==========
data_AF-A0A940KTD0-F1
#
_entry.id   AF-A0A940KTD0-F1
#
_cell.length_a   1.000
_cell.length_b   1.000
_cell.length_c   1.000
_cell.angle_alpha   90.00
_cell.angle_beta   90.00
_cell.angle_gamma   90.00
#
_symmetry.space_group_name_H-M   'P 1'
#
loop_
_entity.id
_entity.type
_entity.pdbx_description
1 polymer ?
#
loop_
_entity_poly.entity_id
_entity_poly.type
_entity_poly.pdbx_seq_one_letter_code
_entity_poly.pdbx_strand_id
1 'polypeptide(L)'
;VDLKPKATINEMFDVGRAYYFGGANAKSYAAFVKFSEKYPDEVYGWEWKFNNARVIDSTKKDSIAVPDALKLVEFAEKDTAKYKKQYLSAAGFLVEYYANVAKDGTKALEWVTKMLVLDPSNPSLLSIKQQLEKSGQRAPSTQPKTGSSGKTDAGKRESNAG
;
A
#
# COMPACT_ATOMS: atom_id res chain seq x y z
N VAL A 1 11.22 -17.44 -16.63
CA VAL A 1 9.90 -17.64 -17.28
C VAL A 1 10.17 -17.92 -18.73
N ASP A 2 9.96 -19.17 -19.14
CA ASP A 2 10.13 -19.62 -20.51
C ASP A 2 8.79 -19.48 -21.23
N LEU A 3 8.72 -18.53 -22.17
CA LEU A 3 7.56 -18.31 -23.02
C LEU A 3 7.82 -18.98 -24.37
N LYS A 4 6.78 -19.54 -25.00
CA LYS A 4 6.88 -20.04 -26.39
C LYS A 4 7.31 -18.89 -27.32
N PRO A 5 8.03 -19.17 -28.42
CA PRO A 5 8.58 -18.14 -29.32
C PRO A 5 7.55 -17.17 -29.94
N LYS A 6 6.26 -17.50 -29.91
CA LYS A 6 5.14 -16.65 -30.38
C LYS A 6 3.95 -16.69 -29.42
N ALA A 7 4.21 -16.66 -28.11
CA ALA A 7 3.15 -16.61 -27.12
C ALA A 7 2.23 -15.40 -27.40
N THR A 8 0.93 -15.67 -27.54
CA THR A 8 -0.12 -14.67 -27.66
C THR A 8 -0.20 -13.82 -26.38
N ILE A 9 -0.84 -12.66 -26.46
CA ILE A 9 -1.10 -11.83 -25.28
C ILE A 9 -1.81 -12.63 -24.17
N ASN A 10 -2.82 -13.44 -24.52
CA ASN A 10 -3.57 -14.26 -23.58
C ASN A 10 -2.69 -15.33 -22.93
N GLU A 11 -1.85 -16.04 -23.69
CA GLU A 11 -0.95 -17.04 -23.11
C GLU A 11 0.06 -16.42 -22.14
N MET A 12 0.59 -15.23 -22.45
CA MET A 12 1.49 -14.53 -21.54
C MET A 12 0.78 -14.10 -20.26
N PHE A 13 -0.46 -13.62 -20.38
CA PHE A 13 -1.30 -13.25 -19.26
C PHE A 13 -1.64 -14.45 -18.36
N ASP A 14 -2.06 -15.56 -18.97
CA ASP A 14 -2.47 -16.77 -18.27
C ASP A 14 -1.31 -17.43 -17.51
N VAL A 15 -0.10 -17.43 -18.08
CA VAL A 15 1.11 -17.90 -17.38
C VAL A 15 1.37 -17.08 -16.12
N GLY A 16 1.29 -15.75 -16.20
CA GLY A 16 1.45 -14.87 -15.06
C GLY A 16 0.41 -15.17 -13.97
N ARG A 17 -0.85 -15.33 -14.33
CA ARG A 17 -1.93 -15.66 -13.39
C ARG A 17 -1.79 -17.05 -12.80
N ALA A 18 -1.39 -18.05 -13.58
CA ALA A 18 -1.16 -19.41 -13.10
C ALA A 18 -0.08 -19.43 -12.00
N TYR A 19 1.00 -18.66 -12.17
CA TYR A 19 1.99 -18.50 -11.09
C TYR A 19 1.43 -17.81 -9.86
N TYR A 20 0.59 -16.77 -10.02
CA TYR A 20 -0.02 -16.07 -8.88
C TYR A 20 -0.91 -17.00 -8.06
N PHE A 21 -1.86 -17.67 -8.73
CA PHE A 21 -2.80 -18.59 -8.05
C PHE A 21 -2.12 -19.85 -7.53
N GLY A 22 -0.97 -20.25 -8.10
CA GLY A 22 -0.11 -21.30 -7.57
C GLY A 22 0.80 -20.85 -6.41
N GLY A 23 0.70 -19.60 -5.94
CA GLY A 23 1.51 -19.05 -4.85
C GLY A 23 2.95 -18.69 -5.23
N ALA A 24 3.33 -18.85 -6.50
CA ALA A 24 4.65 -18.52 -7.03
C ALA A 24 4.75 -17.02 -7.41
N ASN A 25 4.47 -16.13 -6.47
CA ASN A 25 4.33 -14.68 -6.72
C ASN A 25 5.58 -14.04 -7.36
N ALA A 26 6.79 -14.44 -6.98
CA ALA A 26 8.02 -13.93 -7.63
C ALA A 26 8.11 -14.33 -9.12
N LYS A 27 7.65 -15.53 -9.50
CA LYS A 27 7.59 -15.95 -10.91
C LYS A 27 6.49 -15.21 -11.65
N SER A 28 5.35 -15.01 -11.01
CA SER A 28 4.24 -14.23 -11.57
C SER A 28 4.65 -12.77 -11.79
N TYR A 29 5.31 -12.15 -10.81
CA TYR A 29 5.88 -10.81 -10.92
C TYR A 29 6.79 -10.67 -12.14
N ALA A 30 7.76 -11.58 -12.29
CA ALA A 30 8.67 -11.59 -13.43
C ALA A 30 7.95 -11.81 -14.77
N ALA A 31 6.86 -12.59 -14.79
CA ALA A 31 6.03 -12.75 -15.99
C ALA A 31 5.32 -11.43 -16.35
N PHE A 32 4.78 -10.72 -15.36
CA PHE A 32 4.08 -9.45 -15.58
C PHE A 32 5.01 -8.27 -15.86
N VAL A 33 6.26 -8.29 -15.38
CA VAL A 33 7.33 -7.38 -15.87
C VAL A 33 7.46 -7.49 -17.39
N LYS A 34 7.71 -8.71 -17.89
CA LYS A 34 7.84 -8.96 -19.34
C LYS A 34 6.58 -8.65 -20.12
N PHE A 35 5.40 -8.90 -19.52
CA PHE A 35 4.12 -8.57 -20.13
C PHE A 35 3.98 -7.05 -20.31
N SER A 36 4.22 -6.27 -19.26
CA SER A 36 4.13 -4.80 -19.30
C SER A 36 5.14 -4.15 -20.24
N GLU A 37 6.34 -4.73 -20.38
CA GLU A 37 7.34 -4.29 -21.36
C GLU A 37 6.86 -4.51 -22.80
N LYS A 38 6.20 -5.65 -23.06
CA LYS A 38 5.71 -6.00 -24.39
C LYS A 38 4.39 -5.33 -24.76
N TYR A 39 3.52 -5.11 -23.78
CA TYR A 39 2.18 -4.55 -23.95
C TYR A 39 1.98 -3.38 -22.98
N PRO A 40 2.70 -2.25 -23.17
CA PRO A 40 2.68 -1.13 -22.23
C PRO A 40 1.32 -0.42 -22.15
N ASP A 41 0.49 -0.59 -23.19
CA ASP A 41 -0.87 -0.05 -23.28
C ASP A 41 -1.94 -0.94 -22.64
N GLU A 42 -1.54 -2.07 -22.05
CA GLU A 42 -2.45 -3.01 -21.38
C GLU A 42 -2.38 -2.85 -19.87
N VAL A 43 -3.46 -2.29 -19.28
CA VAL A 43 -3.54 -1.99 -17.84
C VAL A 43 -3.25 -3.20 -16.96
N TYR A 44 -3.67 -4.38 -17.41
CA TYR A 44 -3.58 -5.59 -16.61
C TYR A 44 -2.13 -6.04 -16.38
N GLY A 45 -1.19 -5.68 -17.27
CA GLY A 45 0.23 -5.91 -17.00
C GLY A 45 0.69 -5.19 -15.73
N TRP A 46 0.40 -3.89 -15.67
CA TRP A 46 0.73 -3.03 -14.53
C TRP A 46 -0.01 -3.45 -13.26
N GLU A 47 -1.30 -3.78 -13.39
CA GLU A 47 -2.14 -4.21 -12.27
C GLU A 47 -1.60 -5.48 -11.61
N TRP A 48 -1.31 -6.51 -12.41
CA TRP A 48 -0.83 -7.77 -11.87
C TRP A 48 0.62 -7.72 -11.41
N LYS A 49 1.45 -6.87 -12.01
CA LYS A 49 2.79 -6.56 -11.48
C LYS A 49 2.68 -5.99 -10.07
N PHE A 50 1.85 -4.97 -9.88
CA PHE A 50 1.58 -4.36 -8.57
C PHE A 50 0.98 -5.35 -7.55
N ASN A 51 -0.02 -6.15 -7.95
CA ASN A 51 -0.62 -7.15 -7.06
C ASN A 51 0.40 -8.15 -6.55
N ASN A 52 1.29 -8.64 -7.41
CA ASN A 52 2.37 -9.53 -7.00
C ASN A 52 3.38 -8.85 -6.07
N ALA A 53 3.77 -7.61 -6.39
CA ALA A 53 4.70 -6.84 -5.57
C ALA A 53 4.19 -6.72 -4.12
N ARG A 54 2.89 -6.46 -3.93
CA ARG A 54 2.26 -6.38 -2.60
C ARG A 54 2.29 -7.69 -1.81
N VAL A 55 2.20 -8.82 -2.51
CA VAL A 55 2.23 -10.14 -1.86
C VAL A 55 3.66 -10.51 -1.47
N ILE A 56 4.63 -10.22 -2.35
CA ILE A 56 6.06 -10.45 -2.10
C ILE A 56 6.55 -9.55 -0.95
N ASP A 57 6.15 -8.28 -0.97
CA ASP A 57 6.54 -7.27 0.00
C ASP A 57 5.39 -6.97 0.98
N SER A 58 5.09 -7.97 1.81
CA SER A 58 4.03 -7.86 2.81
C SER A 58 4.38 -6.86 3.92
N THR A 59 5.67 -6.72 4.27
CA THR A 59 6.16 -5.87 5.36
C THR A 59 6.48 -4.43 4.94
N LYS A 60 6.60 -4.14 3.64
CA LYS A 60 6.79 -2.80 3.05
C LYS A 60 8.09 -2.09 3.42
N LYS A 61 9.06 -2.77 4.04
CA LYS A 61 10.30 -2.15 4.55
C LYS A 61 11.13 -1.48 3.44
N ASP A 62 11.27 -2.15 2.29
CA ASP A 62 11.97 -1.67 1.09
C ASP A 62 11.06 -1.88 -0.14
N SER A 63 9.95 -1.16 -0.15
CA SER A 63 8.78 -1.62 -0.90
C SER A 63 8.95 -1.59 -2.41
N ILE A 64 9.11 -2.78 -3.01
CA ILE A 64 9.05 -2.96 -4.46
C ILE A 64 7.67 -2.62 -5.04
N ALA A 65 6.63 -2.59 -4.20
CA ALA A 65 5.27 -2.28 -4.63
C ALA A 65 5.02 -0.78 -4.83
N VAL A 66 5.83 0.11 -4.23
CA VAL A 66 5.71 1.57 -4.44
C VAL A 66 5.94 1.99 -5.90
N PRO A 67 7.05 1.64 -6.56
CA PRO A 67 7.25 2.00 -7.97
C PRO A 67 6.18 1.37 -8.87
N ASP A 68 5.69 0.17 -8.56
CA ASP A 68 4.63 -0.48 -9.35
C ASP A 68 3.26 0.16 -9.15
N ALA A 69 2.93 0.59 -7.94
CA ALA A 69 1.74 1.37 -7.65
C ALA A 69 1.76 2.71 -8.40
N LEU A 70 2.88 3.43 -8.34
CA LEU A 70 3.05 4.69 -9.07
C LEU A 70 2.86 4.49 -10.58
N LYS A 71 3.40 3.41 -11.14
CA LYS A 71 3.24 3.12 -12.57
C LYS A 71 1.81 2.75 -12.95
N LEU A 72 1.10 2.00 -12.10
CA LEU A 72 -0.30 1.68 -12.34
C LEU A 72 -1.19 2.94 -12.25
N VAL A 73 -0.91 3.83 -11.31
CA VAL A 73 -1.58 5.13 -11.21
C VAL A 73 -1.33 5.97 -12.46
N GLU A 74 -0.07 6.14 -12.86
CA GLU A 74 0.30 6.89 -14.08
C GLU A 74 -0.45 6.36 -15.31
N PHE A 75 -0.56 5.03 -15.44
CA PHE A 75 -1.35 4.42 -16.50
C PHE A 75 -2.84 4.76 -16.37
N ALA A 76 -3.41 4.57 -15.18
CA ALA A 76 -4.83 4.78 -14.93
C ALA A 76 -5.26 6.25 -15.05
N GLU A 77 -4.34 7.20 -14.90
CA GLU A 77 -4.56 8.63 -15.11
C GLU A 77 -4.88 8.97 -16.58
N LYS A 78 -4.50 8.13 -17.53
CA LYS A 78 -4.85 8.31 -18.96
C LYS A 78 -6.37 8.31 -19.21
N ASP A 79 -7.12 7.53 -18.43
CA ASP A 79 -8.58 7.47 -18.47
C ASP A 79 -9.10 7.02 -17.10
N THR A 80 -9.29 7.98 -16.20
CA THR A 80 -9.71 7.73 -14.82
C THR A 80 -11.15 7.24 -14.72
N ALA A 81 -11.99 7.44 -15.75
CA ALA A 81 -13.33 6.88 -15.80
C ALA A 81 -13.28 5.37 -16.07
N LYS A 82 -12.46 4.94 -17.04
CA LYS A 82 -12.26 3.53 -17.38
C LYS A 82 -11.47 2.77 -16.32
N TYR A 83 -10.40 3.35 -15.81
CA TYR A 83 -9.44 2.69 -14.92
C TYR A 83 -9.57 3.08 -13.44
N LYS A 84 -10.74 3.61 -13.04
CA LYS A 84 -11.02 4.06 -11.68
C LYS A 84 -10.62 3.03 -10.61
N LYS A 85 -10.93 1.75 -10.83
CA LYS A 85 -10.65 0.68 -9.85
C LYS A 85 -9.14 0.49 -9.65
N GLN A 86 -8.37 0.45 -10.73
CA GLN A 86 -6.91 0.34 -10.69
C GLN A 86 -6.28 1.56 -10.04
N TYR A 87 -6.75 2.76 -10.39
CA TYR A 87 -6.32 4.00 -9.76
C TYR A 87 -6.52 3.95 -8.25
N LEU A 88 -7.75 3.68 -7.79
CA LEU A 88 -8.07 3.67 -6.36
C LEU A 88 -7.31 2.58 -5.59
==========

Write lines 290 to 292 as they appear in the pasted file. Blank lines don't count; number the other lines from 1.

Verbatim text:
CA TYR A 87 -6.32 4.00 -9.76
C TYR A 87 -6.52 3.95 -8.25
N LEU A 88 -7.75 3.68 -7.79